Parent Choice in WI
Defining the Problem
Look no further than Wisconsin parents to understand the problem. Growing numbers are dissatisfied with traditional public school options. This is confirmed by reliable polling and surging use of tax-supported K–12 options (see What We’ve Learned from Polling and Tax Supported Education Options in Wisconsin).
Many factors explain their concerns. These include disruption caused by COVID restrictions and concern with the content, values, and tone of the education presented in many public school classrooms. Safety concerns, especially in urban settings, also play a role.
Low — and declining — academic performance further explains the search for options.
As shown below, more than 60% of public schools students tested below proficiency in math and English last year.* This is the first time proficiency has fallen this low. It helps explain why thousands of students entering University of Wisconsin campuses require remedial classes.
Proficiency Over Time, All Public Schools
(Graphic courtesy Wisconsin Institute for Law & Liberty. See WILL’s “Apples to Apples” report for more detail.)
Some try to pivot from these results by citing Wisconsin’s ranking among the states. This obscures the picture. For example, while Wisconsin ranks higher than many other states on eighth-grade math, this is only because national proficiency levels there are even lower. In truth, there is a serious national proficiency challenge.
By comparison, students using options generally outperform those in traditional public schools. See Results.
About Parent Choice in Wisconsin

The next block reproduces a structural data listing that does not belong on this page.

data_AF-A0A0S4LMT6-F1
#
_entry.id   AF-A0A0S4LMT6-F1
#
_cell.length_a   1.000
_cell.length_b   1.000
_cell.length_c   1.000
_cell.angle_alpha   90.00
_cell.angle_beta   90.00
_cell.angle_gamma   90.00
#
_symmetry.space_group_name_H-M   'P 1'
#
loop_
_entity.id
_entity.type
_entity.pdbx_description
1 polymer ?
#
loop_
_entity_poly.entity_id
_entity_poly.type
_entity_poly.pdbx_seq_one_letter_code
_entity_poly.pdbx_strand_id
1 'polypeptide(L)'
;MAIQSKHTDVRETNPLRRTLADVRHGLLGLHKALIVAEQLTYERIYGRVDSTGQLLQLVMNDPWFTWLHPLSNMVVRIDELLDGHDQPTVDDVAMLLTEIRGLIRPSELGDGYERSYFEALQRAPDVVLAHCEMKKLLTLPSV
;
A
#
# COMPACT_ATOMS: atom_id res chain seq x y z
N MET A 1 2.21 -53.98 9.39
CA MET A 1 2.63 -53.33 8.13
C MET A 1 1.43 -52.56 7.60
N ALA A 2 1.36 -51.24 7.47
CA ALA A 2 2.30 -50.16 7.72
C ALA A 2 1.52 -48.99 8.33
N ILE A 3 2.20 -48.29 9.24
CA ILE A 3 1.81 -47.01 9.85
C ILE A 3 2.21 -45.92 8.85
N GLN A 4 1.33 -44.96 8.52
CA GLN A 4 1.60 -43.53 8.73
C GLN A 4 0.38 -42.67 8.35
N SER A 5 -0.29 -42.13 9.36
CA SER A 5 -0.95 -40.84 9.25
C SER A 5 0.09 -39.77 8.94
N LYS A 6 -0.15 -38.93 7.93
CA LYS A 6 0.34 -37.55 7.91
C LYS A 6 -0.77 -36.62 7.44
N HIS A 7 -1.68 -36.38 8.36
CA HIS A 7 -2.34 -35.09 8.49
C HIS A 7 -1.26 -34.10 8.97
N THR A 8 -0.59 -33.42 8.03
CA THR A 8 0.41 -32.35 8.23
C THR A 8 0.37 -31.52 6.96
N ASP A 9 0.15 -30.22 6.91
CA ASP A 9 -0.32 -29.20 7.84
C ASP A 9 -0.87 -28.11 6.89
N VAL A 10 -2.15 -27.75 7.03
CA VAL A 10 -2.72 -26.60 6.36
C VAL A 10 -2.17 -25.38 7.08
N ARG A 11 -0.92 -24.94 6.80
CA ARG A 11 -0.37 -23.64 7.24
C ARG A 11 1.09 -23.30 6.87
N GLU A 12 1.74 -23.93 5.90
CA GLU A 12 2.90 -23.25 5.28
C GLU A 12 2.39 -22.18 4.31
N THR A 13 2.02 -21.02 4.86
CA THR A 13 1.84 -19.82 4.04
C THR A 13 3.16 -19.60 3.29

Until 1990, tax-supported school choice in Wisconsin was limited largely to traditional public schools in a family’s community of residence.
Programs enacted in the 1990s (and since expanded) give families three new options: (1) private schools, (2) public charter schools, and (3) the open enrollment program allowing transfers to non-resident public schools.
Despite many barriers, there has been substantial growth since 2000 in the use of these new options. Statewide, nearly one in five families use them.
Information on the following pages describes the various options. Policy recommendations are addressed in a separate section.
Private School Choice
Four programs provide tax support for parents to enroll children in private schools.
|Milwaukee||Racine||State (Outside Milwaukee & Racine)||Special Needs|
See Below Chart
|Enrollment Caps||None||None||None after 2025–26||None|
|Value of Voucher**||$8,722||$8,722||$8,722||$13,076|
|Traditional Public School Funding***||$16,017||$16,017||$16,017||n/a|
*Some schools fall into several categories above.
**$8,722 is an average of $8,399 for grades K–8 and $9,045 for grades 9–12.
***Per DPI (2020–21 state, local, and federal revenue/pupil).
The program includes significant barriers to participation. School districts are given wide discretion on whether to accept students.
The Wisconsin Institute for Law & Liberty issued a comprehensive independent study of the program in 2021. Findings include:
- Parents make decisions based on academics.
- Districts with more low-income students lose more enrollment.
The most common reason for denying applications is “space.” WILL found that students with disabilities are frequently and unfairly denied for “space” reasons.
Learn more about the different parental choice programs in Wisconsin:
- Wisconsin Parental Choice Program
- Milwaukee Parental Choice Program
- Racine Parental Choice Program
- Special Needs Scholarship Program
Learn about other educational options available to Wisconsin families, including: